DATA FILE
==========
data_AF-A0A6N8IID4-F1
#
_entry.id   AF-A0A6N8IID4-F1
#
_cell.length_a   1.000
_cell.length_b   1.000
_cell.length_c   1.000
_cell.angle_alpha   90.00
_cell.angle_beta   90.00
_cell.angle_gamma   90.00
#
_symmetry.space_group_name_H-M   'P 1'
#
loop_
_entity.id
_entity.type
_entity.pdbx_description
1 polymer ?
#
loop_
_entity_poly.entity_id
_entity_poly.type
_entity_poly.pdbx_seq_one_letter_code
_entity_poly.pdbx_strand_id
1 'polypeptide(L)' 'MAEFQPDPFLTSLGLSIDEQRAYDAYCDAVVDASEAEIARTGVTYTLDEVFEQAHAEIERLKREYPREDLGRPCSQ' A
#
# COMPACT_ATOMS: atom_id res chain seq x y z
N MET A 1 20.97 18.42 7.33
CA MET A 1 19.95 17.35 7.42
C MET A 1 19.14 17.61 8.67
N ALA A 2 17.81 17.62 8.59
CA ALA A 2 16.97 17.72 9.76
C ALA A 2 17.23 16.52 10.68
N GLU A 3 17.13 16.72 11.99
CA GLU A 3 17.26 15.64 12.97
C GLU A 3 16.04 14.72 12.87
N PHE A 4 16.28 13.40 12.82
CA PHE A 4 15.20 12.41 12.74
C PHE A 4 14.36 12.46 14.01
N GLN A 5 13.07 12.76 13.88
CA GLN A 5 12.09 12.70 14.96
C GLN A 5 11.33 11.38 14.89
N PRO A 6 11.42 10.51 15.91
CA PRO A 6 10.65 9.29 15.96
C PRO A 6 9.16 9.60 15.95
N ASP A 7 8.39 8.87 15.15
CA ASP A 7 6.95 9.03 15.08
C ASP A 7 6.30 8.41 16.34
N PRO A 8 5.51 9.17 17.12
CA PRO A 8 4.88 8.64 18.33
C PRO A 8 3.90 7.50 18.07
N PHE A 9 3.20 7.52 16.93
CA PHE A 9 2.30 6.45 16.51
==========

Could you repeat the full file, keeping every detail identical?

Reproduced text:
data_AF-A0A6N8IID4-F1
#
_entry.id   AF-A0A6N8IID4-F1
#
_cell.length_a   1.000
_cell.length_b   1.000
_cell.length_c   1.000
_cell.angle_alpha   90.00
_cell.angle_beta   90.00
_cell.angle_gamma   90.00
#
_symmetry.space_group_name_H-M   'P 1'
#
loop_
_entity.id
_entity.type
_entity.pdbx_description
1 polymer ?
#
loop_
_entity_poly.entity_id
_entity_poly.type
_entity_poly.pdbx_seq_one_letter_code
_entity_poly.pdbx_strand_id
1 'polypeptide(L)' 'MAEFQPDPFLTSLGLSIDEQRAYDAYCDAVVDASEAEIARTGVTYTLDEVFEQAHAEIERLKREYPREDLGRPCSQ' A
#
# COMPACT_ATOMS: atom_id res chain seq x y z
N MET A 1 20.97 18.42 7.33
CA MET A 1 19.95 17.35 7.42
C MET A 1 19.14 17.61 8.67
N ALA A 2 17.81 17.62 8.59
CA ALA A 2 16.97 17.72 9.76
C ALA A 2 17.23 16.52 10.68
N GLU A 3 17.13 16.72 11.99
CA GLU A 3 17.26 15.64 12.97
C GLU A 3 16.04 14.72 12.87
N PHE A 4 16.28 13.40 12.82
CA PHE A 4 15.20 12.41 12.74
C PHE A 4 14.36 12.46 14.01
N GLN A 5 13.07 12.76 13.88
CA GLN A 5 12.09 12.70 14.96
C GLN A 5 11.33 11.38 14.89
N PRO A 6 11.42 10.51 15.91
CA PRO A 6 10.65 9.29 15.96
C PRO A 6 9.16 9.60 15.95
N ASP A 7 8.39 8.87 15.15
CA ASP A 7 6.95 9.03 15.08
C ASP A 7 6.30 8.41 16.34
N PRO A 8 5.51 9.17 17.12
CA PRO A 8 4.88 8.64 18.33
C PRO A 8 3.90 7.50 18.07
N PHE A 9 3.20 7.52 16.93
CA PHE A 9 2.30 6.45 16.51